One big secret…
When Lea became accidentally pregnant she decided that she would go it alone. Rodeo star Reilly wasn’t the sort of man who’d want to be tied down. But five years later she needs to tell him her secret…
One tiny blessing…
Learning he’s a daddy is bittersweet for Reilly, because his little girl is fighting to survive. Her only hope is a new brother or sister. Can he and Lea create a newborn miracle – and a future together?
A tale of last chances, last hopes and ‘unrequited’ love.
I’m going to break the cardinal rule of reviewing here and compare this to a book I haven’t actually read; My Sister’s Keeper. In case you want to tell me I’m wrong, here’s how I understand it:
Two parents have a dying child. Its last hope is for them to have another child to basically use as for spare parts. The child grows up and sues them for it.
Their Newborn Gift is kind of a watered down version; all that’s needed is some cord blood, so the child won’t continue to be used – which might be worse, depending on how you look at it – and the story stops soon after it’s born. While the dying child gets as much page time as the parents, the focus is primarily on them – the desperate single mother who tracks down the one night stand who got her pregnant to get him to do it again, and the man who finds out he’s not just a father, but his daughter’s last hope.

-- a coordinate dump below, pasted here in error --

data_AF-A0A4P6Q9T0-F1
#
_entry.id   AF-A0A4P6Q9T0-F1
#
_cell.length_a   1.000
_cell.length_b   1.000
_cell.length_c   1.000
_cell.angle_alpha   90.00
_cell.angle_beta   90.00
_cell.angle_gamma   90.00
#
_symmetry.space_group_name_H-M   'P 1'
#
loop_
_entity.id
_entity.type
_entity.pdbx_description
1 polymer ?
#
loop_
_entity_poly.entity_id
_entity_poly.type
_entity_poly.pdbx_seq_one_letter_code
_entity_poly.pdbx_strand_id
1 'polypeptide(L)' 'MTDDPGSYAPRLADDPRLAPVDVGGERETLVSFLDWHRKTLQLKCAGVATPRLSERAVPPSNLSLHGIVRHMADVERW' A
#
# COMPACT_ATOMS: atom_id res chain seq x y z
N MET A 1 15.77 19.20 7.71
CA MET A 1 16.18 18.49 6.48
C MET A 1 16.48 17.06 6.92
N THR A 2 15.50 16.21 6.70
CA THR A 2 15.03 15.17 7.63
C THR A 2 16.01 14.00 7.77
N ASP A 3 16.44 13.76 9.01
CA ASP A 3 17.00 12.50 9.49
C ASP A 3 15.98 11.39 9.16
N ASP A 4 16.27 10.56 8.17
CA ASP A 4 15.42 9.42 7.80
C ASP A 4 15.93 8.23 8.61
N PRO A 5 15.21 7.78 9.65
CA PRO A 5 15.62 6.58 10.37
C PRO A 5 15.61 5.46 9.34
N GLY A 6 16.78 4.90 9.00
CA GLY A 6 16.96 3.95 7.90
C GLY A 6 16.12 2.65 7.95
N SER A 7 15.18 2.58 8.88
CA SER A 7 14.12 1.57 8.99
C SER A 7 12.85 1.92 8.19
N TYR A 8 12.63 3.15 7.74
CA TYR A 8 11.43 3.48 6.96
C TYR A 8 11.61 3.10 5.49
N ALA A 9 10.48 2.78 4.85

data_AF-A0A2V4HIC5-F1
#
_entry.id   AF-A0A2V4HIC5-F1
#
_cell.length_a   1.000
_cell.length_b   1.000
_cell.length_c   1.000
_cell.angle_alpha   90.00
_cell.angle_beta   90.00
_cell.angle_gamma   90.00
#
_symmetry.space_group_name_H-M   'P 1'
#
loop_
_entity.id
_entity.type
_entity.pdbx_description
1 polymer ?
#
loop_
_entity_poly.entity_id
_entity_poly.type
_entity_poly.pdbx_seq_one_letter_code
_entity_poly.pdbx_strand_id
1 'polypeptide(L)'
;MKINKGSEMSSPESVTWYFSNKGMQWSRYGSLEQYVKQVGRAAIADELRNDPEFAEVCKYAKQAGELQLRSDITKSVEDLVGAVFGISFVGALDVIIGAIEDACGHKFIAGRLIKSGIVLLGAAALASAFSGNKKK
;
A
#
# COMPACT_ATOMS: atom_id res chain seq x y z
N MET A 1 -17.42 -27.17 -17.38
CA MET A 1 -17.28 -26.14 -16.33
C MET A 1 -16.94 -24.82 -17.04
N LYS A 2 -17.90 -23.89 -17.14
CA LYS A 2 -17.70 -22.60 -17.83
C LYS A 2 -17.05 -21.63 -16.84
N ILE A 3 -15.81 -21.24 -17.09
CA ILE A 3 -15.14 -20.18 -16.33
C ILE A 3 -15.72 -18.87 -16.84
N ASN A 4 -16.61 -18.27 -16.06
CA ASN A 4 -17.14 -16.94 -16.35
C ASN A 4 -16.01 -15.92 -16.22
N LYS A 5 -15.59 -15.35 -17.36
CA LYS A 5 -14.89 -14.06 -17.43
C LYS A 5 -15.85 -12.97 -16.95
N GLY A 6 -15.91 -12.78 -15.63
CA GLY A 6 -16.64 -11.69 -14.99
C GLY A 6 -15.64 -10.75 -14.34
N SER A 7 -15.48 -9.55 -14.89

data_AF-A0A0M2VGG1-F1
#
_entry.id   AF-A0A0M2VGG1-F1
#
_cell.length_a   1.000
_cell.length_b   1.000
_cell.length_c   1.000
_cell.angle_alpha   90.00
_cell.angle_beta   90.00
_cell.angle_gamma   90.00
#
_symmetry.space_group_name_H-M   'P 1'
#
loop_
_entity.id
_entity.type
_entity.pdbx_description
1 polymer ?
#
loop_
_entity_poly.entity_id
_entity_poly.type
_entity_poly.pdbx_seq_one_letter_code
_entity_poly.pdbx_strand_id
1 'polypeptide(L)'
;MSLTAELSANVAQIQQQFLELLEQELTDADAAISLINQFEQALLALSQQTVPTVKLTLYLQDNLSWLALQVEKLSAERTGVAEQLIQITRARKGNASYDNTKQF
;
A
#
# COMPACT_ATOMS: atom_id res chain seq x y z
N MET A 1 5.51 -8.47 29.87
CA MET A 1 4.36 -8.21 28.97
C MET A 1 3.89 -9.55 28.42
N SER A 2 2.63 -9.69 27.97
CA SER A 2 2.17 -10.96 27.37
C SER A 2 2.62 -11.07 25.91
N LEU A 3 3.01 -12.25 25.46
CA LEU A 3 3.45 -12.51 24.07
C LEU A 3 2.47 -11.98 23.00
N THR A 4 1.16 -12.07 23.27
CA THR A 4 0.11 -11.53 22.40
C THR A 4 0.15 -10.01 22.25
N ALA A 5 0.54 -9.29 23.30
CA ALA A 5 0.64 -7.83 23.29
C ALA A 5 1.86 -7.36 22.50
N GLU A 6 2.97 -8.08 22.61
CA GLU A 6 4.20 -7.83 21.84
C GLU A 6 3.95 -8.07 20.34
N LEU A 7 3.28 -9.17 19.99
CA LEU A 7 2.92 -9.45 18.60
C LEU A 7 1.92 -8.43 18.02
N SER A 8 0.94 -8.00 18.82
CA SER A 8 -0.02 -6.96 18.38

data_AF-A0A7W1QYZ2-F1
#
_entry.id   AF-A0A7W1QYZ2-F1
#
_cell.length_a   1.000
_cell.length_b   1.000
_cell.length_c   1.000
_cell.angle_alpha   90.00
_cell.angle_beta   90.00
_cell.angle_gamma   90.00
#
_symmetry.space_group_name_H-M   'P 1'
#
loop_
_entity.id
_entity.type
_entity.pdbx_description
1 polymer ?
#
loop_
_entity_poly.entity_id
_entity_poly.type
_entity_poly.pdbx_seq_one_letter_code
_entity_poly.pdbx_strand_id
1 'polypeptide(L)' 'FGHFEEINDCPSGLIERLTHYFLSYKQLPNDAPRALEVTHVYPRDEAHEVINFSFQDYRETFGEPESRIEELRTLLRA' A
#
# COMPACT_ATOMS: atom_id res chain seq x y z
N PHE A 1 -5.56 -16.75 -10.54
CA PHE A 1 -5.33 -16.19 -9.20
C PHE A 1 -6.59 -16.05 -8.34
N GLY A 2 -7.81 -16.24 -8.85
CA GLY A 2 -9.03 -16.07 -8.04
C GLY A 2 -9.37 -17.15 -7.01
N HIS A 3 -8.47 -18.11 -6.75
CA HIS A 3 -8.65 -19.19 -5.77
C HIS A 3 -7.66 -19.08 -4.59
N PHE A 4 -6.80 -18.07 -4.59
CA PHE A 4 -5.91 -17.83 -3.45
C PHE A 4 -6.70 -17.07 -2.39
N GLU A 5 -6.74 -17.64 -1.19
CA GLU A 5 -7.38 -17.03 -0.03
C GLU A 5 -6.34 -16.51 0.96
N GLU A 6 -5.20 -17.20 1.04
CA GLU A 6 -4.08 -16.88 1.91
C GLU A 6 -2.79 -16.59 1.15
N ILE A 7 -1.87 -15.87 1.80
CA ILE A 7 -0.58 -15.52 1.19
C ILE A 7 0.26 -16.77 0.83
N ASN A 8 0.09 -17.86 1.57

Initial refusal leads to agreement in the form of a contract… hatred turns into love… and if you don’t like ‘will they/won’t they’ to be dragged out, then you might not like how long it lasts here. Which is why I said ‘unrequited’ in the first paragraph; “I love him but he just wants a family! I love her but she only wants me for my babymaking skills!” would be a very brief version of this review.
To me it felt a little longer than it needed to be, although I understand the need to have him get used to the idea of being a father, slowly, rather than “oh, okay. I’m a father. This woman I haven’t seen for five years needs me to make a baby? Sure!”
That said – and I didn’t actually find this out till later – this is a Mills & Boon book. Apparently they’ve graduated from simple “girl meets tall dark and handsome and they have lots of sex” to more meaningful stories (without the sex), but it does explain all the appreciating of each other and the rather passionate kisses.